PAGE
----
Vaccines are just for kids, right? Not any more. U.S. health officials now recommend at least a half dozen vaccines for adults, to prevent pneumococcus virus, hepatitis, shingles and other ailments. And although the portion of adults who get these vaccinations rises slightly each year, the rates are still far too low to slow the spread of dangerous diseases throughout the general population.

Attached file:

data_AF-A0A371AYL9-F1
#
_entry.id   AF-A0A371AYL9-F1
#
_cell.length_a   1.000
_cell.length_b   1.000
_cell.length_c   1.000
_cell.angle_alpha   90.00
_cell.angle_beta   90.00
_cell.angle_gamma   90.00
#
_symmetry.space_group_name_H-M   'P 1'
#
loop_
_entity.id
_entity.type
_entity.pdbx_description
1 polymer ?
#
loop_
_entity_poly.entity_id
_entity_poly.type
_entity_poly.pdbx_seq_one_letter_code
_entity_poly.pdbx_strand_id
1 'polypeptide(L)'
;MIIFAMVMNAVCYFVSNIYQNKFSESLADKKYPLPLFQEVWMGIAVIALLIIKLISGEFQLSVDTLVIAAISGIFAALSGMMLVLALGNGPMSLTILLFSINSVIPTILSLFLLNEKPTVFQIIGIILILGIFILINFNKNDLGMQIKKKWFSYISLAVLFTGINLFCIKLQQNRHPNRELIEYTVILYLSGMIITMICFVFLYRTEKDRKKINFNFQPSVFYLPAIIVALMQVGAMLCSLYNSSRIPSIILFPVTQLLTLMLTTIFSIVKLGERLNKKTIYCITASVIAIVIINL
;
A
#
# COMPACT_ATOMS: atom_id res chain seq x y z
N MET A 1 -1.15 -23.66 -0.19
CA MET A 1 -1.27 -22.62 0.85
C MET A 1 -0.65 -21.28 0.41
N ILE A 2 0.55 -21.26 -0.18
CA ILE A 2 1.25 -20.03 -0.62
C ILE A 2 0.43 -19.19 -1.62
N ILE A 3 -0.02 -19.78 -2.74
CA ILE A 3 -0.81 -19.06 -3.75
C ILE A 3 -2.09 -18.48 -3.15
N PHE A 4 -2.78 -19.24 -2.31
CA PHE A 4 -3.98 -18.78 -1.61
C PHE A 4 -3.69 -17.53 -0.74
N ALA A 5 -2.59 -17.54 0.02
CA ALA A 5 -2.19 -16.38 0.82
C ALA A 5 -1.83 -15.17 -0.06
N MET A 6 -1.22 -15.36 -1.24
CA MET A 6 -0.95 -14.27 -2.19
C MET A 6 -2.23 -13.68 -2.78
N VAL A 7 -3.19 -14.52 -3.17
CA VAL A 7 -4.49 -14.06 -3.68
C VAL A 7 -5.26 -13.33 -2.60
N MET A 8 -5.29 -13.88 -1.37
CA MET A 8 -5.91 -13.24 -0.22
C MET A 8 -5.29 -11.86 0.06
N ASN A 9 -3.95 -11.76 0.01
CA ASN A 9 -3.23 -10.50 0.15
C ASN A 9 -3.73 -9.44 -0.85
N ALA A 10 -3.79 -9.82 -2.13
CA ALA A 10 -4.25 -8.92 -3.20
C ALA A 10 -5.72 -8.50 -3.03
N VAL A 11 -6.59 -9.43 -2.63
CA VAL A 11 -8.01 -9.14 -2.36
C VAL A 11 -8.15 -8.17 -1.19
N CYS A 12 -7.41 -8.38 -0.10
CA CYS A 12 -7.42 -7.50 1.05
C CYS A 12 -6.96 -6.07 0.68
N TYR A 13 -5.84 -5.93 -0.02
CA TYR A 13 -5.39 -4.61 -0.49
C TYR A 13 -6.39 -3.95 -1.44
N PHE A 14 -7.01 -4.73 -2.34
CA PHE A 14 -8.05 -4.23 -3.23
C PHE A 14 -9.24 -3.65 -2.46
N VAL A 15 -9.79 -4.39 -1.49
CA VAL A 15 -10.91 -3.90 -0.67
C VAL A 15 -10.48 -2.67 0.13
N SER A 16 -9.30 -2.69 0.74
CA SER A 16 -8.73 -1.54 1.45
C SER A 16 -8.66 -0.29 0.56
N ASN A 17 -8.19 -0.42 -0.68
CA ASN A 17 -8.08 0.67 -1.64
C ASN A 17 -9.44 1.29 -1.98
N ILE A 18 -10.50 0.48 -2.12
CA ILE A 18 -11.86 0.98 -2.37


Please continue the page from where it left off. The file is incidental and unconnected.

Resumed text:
Children receive a full slate of vaccinations at a young age, but the schedule for adults—which treatments to receive at which ages—is more complicated. The timing recommended by the U.S. Department of Health and Human Services and the U.S. Centers for Disease Control and Prevention (CDC) can be found at www.vaccines.gov. The CDC recently updated the nationwide vaccination rates that have been achieved for six major illnesses in the schedule. Modest gains have been achieved for Tdap (tetanus, diphtheria and acellular pertussis) and HPV (human papillomavirus), according to Carolyn Bridges, associate director of adult immunizations, but the number of adults who get those and other recommended vaccines remains very low.
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